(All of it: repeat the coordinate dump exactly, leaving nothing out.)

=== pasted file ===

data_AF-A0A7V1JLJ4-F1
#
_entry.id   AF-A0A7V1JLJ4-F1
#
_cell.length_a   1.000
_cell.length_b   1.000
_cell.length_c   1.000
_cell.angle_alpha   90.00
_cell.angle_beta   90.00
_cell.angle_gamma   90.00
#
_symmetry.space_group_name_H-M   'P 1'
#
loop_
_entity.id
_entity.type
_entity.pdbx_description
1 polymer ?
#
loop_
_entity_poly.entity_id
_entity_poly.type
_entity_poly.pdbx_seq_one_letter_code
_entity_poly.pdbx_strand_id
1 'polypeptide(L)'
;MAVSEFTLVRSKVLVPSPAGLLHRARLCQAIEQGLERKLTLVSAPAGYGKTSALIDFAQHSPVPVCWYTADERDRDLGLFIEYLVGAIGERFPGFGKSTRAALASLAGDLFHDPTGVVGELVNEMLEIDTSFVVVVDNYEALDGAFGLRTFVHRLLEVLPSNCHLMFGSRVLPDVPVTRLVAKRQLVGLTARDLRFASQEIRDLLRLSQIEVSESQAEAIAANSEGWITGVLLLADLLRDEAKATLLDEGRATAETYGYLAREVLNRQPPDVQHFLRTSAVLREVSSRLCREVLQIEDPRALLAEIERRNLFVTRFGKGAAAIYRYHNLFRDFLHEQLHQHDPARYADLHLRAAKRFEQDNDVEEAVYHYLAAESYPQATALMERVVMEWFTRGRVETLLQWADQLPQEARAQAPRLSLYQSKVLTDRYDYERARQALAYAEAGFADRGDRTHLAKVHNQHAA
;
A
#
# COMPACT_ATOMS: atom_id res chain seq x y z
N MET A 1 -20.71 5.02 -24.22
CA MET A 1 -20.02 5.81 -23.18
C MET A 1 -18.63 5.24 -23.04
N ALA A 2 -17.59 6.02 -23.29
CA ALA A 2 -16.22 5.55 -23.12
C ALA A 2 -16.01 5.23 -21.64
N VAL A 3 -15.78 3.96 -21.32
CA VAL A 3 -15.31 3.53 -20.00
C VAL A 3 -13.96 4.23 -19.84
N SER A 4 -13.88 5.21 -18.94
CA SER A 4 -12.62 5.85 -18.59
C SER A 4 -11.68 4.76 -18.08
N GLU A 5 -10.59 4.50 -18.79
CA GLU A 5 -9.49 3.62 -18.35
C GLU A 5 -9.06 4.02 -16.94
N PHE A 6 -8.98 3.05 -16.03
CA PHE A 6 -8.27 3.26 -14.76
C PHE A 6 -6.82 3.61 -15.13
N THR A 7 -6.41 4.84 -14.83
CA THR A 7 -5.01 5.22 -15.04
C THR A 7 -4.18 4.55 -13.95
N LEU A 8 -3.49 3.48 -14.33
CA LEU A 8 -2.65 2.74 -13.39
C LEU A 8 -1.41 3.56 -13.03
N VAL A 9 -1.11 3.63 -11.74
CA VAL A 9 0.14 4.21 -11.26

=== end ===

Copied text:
data_AF-A0A7V1JLJ4-F1
#
_entry.id   AF-A0A7V1JLJ4-F1
#
_cell.length_a   1.000
_cell.length_b   1.000
_cell.length_c   1.000
_cell.angle_alpha   90.00
_cell.angle_beta   90.00
_cell.angle_gamma   90.00
#
_symmetry.space_group_name_H-M   'P 1'
#
loop_
_entity.id
_entity.type
_entity.pdbx_description
1 polymer ?
#
loop_
_entity_poly.entity_id
_entity_poly.type
_entity_poly.pdbx_seq_one_letter_code
_entity_poly.pdbx_strand_id
1 'polypeptide(L)'
;MAVSEFTLVRSKVLVPSPAGLLHRARLCQAIEQGLERKLTLVSAPAGYGKTSALIDFAQHSPVPVCWYTADERDRDLGLFIEYLVGAIGERFPGFGKSTRAALASLAGDLFHDPTGVVGELVNEMLEIDTSFVVVVDNYEALDGAFGLRTFVHRLLEVLPSNCHLMFGSRVLPDVPVTRLVAKRQLVGLTARDLRFASQEIRDLLRLSQIEVSESQAEAIAANSEGWITGVLLLADLLRDEAKATLLDEGRATAETYGYLAREVLNRQPPDVQHFLRTSAVLREVSSRLCREVLQIEDPRALLAEIERRNLFVTRFGKGAAAIYRYHNLFRDFLHEQLHQHDPARYADLHLRAAKRFEQDNDVEEAVYHYLAAESYPQATALMERVVMEWFTRGRVETLLQWADQLPQEARAQAPRLSLYQSKVLTDRYDYERARQALAYAEAGFADRGDRTHLAKVHNQHAA
;
A
#
# COMPACT_ATOMS: atom_id res chain seq x y z
N MET A 1 -20.71 5.02 -24.22
CA MET A 1 -20.02 5.81 -23.18
C MET A 1 -18.63 5.24 -23.04
N ALA A 2 -17.59 6.02 -23.29
CA ALA A 2 -16.22 5.55 -23.12
C ALA A 2 -16.01 5.23 -21.64
N VAL A 3 -15.78 3.96 -21.32
CA VAL A 3 -15.31 3.53 -20.00
C VAL A 3 -13.96 4.23 -19.84
N SER A 4 -13.88 5.21 -18.94
CA SER A 4 -12.62 5.85 -18.59
C SER A 4 -11.68 4.76 -18.08
N GLU A 5 -10.59 4.50 -18.79
CA GLU A 5 -9.49 3.62 -18.35
C GLU A 5 -9.06 4.02 -16.94
N PHE A 6 -8.98 3.05 -16.03
CA PHE A 6 -8.27 3.26 -14.76
C PHE A 6 -6.82 3.61 -15.13
N THR A 7 -6.41 4.84 -14.83
CA THR A 7 -5.01 5.22 -15.04
C THR A 7 -4.18 4.55 -13.95
N LEU A 8 -3.49 3.48 -14.33
CA LEU A 8 -2.65 2.74 -13.39
C LEU A 8 -1.41 3.56 -13.03
N VAL A 9 -1.11 3.63 -11.74
CA VAL A 9 0.14 4.21 -11.26